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What are the differences between PDO, PLLA, and PCL Threads

Advantages & Disadvantages of Various Thread Sutures

Thread Lift procedures within aesthetics is experiencing tremendous growth within aesthetics due to their ability to deliver results comparable to surgical procedures though are semi-permanent lasting up to (2) years.

The growth of Thread Lifting procedures since the late 1990s and the evolution of technology and placement techniques have provided indisputable evidence of the effectiveness and high safety profile associated with these procedures. Patients are now demanding these procedures from their practitioners because of its ability to lift sagging skin, refresh skin through collagen synthesis, and rejuvenate the skin in facial and body part areas.

Smooth PDO Thread inserted in jaw region of patient for thread lift

Originally designed to lift ptotic facial tissues, the newer technologies and types of threads are now being utilized throughout aesthetics. Thread Lift procedures are minimally invasive, non-surgical solution for a number of aesthetic presentations to correct the signs of aging and skin laxity.

There are (3) main types of threads that are used and are supplied in various lengths and thicknesses. The largest threads have the lowest USP thickness (<1) and the smallest thicknesses are (>5+) – the USP thickness not only takes into effect the size of the thread but also its tensile strength (how strong the thread can be pulled back). The different types of threads used aesthetically can be classified as follows:

PDO, PLLA, and PCL Thread Sutures

The material used in the threads now available include; Polydioxanone (PDO), Poly-L-Lactic Acid (PLLA) and Polycaprolactone (PCL). There are advantages and disadvantages to each of these threads from regulatory issues to tensile strength as well as the ability to create results patients expect from the procedure. The following is a quick summary of some of the characteristics associate with each:

Chart comparison of PDO, PLLA, and PCL thread sutures

Polydioxanone (PDO): PDO threads are the most popular of all the various types of threads since the it has the most options to lift and rejuvenate tissues for 18-24 months. It is commonly used in surgeries and the effects of polydioxanone (PDO) threads stimulate the production and synthesis of collagen in the skin for up to 12-18 months.

PDO Threads function to initiate changes in the dermis and is effective in improving pores and fine wrinkles. In addition, PDO Threads can be placed in the subcutaneous region of the skin and deep dermis increasing thickness of the papillary dermis (Grenz Zone) where new collagen in tissue is formed.

As the new PDO Threads initiate collagen synthesis newly formed collagenous connective tissues merge into the pre-existing fibrous connective tissue by mechanotransduction migrating into immediate surrounding tissues.

PDO threads can effectively improve the elasticity of the skin in the area of the procedure and by the effect of myofibroblasts to tighten the skin and effective for body, face shaping, contouring and tissue rejuvenation procedures.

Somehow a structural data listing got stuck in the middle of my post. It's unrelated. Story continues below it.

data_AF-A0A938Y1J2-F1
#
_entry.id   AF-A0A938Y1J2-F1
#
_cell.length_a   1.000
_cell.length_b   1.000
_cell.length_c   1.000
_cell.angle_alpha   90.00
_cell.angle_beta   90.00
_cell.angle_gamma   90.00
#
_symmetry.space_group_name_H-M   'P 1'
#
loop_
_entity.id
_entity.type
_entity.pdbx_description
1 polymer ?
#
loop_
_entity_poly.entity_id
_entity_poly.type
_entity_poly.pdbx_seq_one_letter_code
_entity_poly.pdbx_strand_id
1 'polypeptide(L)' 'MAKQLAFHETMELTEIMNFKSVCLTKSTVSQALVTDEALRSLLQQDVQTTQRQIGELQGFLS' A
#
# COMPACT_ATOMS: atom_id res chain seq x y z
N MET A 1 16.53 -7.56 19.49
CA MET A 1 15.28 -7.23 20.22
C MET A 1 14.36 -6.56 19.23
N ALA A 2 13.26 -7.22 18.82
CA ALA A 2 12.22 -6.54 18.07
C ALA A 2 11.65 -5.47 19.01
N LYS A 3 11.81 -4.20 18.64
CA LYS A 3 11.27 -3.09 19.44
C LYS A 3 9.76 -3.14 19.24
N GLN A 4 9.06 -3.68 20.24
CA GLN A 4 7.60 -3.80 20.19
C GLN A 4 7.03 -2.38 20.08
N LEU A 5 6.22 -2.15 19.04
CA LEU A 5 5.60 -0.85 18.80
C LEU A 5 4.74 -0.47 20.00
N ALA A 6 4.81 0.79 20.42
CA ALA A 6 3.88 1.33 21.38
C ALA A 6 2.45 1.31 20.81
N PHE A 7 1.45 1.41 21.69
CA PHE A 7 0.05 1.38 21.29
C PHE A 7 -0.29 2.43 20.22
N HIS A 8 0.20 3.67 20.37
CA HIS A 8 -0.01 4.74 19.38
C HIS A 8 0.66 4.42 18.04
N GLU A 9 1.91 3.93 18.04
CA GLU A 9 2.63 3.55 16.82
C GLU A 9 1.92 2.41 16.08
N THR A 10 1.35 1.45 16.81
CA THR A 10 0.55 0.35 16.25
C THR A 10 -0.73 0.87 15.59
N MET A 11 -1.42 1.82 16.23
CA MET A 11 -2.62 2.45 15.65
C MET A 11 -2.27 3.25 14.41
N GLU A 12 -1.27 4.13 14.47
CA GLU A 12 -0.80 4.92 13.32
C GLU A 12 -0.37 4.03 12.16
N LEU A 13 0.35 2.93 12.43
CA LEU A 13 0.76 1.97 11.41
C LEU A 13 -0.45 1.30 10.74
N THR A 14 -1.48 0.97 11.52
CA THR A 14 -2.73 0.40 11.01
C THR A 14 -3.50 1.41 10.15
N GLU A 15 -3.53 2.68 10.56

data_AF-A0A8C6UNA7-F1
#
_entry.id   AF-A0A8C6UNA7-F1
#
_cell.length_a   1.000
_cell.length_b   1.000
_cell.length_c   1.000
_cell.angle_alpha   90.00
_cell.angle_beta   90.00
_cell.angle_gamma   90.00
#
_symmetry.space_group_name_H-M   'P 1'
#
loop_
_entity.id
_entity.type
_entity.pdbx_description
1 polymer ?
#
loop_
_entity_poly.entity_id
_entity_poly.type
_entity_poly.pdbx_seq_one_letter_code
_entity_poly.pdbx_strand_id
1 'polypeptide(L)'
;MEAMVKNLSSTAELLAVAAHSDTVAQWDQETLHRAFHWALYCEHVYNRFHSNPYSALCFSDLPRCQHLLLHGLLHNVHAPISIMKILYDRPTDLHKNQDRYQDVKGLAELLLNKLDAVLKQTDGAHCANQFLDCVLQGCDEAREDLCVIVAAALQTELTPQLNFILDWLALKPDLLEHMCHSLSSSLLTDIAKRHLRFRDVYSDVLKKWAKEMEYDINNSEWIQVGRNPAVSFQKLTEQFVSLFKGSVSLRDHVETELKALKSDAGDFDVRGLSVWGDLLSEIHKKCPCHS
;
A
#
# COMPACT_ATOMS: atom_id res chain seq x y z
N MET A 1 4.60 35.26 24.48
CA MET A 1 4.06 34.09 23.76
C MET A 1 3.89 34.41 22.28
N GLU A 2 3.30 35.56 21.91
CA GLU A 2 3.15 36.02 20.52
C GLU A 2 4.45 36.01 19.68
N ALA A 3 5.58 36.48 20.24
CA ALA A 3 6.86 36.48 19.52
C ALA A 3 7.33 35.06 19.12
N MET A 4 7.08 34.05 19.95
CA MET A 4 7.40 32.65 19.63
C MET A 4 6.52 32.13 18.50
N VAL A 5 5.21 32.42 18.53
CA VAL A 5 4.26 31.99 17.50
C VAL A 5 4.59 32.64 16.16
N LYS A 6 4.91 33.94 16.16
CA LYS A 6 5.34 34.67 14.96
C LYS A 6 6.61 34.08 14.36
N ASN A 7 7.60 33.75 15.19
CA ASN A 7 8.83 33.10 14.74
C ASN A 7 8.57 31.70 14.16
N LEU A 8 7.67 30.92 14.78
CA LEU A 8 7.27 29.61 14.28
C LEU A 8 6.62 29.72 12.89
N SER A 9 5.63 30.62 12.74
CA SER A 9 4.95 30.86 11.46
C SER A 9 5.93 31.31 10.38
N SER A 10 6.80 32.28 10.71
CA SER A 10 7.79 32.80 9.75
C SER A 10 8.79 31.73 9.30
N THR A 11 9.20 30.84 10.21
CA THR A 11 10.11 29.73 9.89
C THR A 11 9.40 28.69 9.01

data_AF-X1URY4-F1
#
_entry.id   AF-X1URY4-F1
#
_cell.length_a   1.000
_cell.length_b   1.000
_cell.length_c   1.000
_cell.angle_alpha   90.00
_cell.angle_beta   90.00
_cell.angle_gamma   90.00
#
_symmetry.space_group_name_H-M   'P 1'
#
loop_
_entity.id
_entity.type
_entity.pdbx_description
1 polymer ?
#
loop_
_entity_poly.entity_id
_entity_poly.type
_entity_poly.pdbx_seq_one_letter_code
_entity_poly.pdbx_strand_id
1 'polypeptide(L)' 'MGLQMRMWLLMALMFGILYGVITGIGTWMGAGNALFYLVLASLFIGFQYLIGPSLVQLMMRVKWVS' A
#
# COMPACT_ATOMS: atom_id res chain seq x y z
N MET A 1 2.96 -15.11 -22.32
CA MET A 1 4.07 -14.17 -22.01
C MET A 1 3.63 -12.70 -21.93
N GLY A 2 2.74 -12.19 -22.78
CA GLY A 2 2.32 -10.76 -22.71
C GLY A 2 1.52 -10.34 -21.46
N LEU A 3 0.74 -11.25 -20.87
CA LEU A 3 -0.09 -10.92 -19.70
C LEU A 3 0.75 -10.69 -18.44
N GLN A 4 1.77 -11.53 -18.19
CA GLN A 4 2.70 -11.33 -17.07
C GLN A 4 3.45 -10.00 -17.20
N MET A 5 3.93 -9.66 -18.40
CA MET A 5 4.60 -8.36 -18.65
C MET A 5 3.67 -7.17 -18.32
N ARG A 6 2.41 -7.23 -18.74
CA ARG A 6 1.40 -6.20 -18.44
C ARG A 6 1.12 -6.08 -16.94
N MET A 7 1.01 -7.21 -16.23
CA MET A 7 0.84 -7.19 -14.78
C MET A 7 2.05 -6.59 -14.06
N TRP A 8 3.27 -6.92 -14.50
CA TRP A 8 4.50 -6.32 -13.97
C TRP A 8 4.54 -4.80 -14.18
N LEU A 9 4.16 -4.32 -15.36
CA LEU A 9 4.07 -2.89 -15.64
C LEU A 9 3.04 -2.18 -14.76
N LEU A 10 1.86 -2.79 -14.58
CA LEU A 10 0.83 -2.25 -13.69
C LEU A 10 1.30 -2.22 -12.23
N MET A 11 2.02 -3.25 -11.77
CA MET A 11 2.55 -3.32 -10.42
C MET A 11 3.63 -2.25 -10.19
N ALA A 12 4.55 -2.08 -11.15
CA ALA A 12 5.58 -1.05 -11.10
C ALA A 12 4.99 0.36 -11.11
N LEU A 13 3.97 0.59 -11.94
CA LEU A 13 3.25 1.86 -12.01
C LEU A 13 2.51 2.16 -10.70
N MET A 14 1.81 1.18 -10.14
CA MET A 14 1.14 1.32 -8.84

Poly-L-Lactic Acid (PLLA): Another material often chosen for surgical sutures is the Poly-L-Lactic Acid (PLLA). The PLLA has been observed to be even more effective at simulating collagen production than PDO and is made from the same material as Sculptra®. This material has a lifetime of two years or more, and during the biodegradation process breaks down into lactate, glucose, carbon dioxide and water. There has been reported delayed granuloma formation from excessive placement of threads in a particular area.

The disadvantage of PLLA thread sutures is that in a barbed (cog) form they do not possess the same tensile strength as PDO thread sutures. The sharp barbed structures break upon pressure which not only creates a problem with fixation to tissues but can lead to unwanted aesthetic results. There is one company, Sinclair Pharma, distributors of FDA Approved Silhouette Soft Sutures have a suspension lift made from tiny cones which replaces the tensile strength issues with PLLA barbed sutures. However, the procedure using these types of sutures require additional training as the depth of the placement and the suitable locations are limited to the face and neck. Most physicians if they use PLLA thread sutures will use only the smooth (mono) threads for collagen remodeling with results similar to the PDO Threads.

PCL (Polycaprolactone): Presently the use of PCL Threads is not very common but it is FDA Approved for certain drug deliveries due to its extended resorption rate of up to (2) years. Another disadvantage is that it is commonly used only in the face and in Europe where it is an option the barbed option is receiving poor reviews because of its flexibility and fixation to tissue. However, the mono (smooth) threads and Screw (Twisted) threads are commonly used because, the chemical bonds and structure in the PCL (composite) are stronger and more complex which takes a much longer time to be dissolved completely. Anecdotal evidence has shown that PCL may stimulate collagen synthesis greater than PDO or PLLA.

In the near future PCL (Polycaprolactone) may receive additional clearances from the FDA as there are dermal filler products presently being evaluated for FDA Approval. There are practitioners using PCL Thread Sutures for aesthetic purposes but are having to purchase these items from Europe or Korea and it is questionable as to the legitimacy of their use even though they are safe. It is our recommendation not to use these types of threads for liability purposes at this time.

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